Thursday, January 31, 2013
Draft Boom; Financial Bust
By Bryan Ryan
The average household income in America is $50,054. The average income of a professional NBA player: 5.15 million dollars a year. Take a moment to gather your brains, which have just been blown.
Now digest the fact that 60% of all NBA players file for bankruptcy – 60 percent! The average bankruptcy rate in America is 1.3%, with the average citizen working with less than 1% of the wealth. My apologies: I won’t blow your brains anymore, so you can clean up the mess for real this time.
The problem is transition, as urban black players go from poverty or near poverty to extreme wealth. Look at the epitome of NBA financial wreckage, Antoine Walker, who earned a whopping 110 million dollars over his 13-year career, and yet in 2010 the former All-Star filed for bankruptcy. The Boston Globe ran a foretelling cover story in 2009 detailing Walker’s poor investments and his numerous family members who depended on Walker’s income.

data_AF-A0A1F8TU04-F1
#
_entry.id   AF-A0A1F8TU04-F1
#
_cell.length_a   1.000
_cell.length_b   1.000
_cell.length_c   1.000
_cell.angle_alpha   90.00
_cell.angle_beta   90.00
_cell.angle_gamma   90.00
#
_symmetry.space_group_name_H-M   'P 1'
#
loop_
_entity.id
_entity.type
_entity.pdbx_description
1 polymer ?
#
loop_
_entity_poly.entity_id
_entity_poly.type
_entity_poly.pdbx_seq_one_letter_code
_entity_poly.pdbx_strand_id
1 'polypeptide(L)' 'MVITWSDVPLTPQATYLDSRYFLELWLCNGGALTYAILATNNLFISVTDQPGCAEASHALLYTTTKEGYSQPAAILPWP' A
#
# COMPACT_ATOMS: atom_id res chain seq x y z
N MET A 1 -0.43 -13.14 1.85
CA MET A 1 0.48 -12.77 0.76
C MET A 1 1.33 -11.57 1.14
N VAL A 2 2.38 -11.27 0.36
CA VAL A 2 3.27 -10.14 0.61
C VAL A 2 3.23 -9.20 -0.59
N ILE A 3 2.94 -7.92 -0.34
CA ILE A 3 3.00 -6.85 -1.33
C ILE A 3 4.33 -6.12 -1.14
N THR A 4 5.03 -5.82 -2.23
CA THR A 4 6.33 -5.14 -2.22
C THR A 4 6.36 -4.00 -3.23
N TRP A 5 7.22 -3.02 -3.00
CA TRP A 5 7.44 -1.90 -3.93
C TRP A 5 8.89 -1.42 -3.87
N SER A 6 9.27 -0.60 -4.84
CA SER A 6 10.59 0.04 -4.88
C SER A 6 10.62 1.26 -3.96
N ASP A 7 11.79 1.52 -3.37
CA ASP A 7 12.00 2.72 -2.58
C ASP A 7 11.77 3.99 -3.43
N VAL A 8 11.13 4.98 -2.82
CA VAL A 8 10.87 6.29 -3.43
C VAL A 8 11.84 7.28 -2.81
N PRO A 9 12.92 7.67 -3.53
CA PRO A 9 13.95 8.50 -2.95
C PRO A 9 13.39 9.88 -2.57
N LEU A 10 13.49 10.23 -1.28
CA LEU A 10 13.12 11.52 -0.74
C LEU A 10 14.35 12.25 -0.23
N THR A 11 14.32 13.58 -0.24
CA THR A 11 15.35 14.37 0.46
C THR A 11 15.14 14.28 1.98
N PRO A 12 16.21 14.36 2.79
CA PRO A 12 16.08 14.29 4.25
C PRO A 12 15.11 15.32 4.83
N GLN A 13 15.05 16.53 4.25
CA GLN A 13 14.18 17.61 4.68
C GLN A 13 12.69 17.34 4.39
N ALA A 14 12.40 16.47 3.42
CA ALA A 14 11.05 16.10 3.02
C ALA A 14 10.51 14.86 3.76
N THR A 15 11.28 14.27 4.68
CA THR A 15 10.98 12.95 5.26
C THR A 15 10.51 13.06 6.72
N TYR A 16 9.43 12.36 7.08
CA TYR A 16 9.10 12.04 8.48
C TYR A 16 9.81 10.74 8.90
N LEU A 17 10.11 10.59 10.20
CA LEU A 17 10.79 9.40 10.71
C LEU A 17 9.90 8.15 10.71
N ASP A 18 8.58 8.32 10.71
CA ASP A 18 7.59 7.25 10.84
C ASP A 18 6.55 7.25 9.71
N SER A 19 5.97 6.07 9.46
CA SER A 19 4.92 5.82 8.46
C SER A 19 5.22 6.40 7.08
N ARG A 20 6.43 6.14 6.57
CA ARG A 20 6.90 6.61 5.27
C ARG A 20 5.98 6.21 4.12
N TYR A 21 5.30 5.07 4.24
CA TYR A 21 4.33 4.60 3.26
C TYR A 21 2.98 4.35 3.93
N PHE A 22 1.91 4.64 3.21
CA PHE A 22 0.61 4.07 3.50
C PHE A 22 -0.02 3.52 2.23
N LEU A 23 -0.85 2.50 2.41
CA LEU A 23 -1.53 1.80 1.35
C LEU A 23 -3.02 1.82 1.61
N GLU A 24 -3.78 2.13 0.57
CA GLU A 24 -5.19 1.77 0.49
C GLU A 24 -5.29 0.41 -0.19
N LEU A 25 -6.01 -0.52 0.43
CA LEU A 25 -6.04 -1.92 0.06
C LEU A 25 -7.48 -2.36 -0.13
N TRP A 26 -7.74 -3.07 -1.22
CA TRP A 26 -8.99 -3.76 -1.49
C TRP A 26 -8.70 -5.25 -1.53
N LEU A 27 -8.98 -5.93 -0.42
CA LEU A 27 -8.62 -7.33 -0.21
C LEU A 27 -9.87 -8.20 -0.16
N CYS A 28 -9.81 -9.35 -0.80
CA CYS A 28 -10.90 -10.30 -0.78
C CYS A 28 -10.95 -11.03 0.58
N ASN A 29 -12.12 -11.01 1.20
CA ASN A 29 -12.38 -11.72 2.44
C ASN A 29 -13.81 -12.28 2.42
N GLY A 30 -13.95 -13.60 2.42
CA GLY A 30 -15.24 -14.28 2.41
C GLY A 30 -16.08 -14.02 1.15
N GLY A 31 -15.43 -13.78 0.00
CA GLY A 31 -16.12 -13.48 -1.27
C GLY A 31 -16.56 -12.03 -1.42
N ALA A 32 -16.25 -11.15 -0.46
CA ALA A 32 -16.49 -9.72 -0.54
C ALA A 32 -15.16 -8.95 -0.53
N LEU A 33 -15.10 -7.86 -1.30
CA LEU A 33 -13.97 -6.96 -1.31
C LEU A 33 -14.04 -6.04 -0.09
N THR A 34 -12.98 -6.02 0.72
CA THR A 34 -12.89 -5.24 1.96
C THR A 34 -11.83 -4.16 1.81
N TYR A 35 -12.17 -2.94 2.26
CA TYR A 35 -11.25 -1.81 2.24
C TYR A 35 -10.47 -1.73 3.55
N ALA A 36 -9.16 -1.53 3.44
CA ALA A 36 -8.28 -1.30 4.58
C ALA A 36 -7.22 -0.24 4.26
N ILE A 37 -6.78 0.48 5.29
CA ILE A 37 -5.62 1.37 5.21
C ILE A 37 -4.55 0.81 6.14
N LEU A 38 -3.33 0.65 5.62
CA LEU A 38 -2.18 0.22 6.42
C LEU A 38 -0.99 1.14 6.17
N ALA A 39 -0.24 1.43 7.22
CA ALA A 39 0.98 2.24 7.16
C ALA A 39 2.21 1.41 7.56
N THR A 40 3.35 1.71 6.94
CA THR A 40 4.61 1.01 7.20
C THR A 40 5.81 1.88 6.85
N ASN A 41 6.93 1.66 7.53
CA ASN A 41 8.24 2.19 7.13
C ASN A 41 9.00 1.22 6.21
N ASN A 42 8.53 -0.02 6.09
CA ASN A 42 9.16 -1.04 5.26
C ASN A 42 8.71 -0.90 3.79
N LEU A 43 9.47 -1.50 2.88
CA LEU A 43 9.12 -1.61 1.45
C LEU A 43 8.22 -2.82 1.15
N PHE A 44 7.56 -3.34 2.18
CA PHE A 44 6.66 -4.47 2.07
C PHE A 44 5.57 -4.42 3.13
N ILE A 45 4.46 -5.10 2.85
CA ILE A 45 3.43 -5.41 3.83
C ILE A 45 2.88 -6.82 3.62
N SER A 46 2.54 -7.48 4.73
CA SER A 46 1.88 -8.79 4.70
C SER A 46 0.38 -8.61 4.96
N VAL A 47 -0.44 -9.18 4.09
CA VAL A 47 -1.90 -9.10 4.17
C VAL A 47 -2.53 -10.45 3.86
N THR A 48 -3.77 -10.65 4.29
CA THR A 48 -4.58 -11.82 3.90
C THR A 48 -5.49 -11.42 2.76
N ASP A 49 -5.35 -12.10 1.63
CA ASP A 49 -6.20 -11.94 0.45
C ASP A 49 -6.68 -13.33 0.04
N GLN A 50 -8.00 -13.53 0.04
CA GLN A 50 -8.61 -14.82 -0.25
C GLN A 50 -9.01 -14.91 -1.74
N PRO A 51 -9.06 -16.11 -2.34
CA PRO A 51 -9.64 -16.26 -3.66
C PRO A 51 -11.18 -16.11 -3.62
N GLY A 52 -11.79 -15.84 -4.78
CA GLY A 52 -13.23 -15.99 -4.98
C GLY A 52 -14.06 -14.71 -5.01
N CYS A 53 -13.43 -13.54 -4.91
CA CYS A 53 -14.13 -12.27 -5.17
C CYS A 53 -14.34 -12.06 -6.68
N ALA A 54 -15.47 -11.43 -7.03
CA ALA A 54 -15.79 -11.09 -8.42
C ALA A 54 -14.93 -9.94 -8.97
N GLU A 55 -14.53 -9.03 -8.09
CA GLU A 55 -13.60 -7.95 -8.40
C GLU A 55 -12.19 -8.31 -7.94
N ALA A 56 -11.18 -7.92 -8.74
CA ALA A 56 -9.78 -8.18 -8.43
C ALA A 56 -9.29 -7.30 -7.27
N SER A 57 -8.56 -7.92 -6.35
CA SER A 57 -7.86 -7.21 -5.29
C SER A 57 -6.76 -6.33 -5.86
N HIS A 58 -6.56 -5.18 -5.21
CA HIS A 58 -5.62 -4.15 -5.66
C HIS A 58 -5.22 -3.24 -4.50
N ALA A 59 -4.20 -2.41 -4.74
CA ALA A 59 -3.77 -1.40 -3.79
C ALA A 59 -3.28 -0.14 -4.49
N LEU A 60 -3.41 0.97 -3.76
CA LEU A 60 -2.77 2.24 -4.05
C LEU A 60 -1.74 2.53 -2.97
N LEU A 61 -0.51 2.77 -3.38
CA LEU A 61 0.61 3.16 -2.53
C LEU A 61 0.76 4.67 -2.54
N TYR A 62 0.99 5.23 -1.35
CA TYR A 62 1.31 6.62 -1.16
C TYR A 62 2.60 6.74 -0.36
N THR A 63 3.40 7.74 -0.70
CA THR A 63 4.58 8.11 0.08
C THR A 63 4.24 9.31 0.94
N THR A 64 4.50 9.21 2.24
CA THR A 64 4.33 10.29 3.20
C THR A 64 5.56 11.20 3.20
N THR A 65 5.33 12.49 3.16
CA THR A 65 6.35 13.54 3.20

Professional sports is one of the few occupations where individuals truly have the opportunity to drastically change socio-economic status, leap-frogging from poverty into the infamous “one percenters” literally overnight. Why is this transition more difficult for basketball players? For one, we know that basketball is a game without financial burden; any aspiring basketball player can pick up a ball and begin playing,
The availability of basketball has made it a distinctly urban game, playable on any parking lot or school playground, which cannot be said of hockey, baseball, or football. This idea of “urban,” as I highlighted last week, suggests more than the city environment. NBA executives know the situations of their incoming players; now it’s time for them to find a solution to help their employees cope with the stress and responsibility of transitioning into the “one-percent.”
The Basketball Project